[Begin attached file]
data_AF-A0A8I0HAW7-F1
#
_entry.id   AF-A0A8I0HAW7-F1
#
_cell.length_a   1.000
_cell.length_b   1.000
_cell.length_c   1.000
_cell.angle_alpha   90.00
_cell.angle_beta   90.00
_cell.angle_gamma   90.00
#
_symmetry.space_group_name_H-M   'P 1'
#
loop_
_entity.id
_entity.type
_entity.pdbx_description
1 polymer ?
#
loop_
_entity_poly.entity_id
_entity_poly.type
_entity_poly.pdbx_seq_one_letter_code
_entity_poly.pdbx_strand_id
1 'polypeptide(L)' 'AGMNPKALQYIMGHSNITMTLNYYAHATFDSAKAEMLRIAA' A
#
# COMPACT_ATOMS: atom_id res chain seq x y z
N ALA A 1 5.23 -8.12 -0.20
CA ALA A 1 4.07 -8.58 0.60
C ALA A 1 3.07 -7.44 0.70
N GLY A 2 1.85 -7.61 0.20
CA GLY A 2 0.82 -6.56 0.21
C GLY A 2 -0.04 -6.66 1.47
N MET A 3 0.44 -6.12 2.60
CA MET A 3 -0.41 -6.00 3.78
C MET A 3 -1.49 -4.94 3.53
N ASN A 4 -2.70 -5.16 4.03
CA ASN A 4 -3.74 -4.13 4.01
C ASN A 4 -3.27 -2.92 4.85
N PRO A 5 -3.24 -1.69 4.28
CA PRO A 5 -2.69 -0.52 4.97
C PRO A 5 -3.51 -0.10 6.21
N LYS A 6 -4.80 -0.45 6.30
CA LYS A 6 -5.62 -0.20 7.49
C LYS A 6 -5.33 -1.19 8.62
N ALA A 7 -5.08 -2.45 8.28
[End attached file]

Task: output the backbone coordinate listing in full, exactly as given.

data_AF-A0A8I0HAW7-F1
#
_entry.id   AF-A0A8I0HAW7-F1
#
_cell.length_a   1.000
_cell.length_b   1.000
_cell.length_c   1.000
_cell.angle_alpha   90.00
_cell.angle_beta   90.00
_cell.angle_gamma   90.00
#
_symmetry.space_group_name_H-M   'P 1'
#
loop_
_entity.id
_entity.type
_entity.pdbx_description
1 polymer ?
#
loop_
_entity_poly.entity_id
_entity_poly.type
_entity_poly.pdbx_seq_one_letter_code
_entity_poly.pdbx_strand_id
1 'polypeptide(L)' 'AGMNPKALQYIMGHSNITMTLNYYAHATFDSAKAEMLRIAA' A
#
# COMPACT_ATOMS: atom_id res chain seq x y z
N ALA A 1 5.23 -8.12 -0.20
CA ALA A 1 4.07 -8.58 0.60
C ALA A 1 3.07 -7.44 0.70
N GLY A 2 1.85 -7.61 0.20
CA GLY A 2 0.82 -6.56 0.21
C GLY A 2 -0.04 -6.66 1.47
N MET A 3 0.44 -6.12 2.60
CA MET A 3 -0.41 -6.00 3.78
C MET A 3 -1.49 -4.94 3.53
N ASN A 4 -2.70 -5.16 4.03
CA ASN A 4 -3.74 -4.13 4.01
C ASN A 4 -3.27 -2.92 4.85
N PRO A 5 -3.24 -1.69 4.28
CA PRO A 5 -2.69 -0.52 4.97
C PRO A 5 -3.51 -0.10 6.21
N LYS A 6 -4.80 -0.45 6.30
CA LYS A 6 -5.62 -0.20 7.49
C LYS A 6 -5.33 -1.19 8.62
N ALA A 7 -5.08 -2.45 8.28